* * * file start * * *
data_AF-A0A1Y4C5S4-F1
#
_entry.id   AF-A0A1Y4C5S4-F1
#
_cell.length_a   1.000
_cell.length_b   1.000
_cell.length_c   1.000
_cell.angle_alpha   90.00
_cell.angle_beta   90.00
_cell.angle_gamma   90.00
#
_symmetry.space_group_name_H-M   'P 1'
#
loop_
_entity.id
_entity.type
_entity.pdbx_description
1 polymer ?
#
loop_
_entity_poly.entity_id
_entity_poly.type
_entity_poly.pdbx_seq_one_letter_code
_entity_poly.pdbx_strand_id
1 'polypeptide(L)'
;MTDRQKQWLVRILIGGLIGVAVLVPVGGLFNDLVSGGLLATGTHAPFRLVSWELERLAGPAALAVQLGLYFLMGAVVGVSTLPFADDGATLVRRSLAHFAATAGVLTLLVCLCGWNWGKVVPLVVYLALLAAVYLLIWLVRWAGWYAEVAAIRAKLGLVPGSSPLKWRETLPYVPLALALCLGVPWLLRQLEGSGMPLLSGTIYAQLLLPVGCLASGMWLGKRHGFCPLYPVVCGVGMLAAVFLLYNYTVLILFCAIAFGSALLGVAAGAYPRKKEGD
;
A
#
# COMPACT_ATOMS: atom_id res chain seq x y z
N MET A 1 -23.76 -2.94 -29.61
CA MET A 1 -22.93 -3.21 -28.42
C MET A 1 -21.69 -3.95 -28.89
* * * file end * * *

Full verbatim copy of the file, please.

data_AF-A0A1Y4C5S4-F1
#
_entry.id   AF-A0A1Y4C5S4-F1
#
_cell.length_a   1.000
_cell.length_b   1.000
_cell.length_c   1.000
_cell.angle_alpha   90.00
_cell.angle_beta   90.00
_cell.angle_gamma   90.00
#
_symmetry.space_group_name_H-M   'P 1'
#
loop_
_entity.id
_entity.type
_entity.pdbx_description
1 polymer ?
#
loop_
_entity_poly.entity_id
_entity_poly.type
_entity_poly.pdbx_seq_one_letter_code
_entity_poly.pdbx_strand_id
1 'polypeptide(L)'
;MTDRQKQWLVRILIGGLIGVAVLVPVGGLFNDLVSGGLLATGTHAPFRLVSWELERLAGPAALAVQLGLYFLMGAVVGVSTLPFADDGATLVRRSLAHFAATAGVLTLLVCLCGWNWGKVVPLVVYLALLAAVYLLIWLVRWAGWYAEVAAIRAKLGLVPGSSPLKWRETLPYVPLALALCLGVPWLLRQLEGSGMPLLSGTIYAQLLLPVGCLASGMWLGKRHGFCPLYPVVCGVGMLAAVFLLYNYTVLILFCAIAFGSALLGVAAGAYPRKKEGD
;
A
#
# COMPACT_ATOMS: atom_id res chain seq x y z
N MET A 1 -23.76 -2.94 -29.61
CA MET A 1 -22.93 -3.21 -28.42
C MET A 1 -21.69 -3.95 -28.89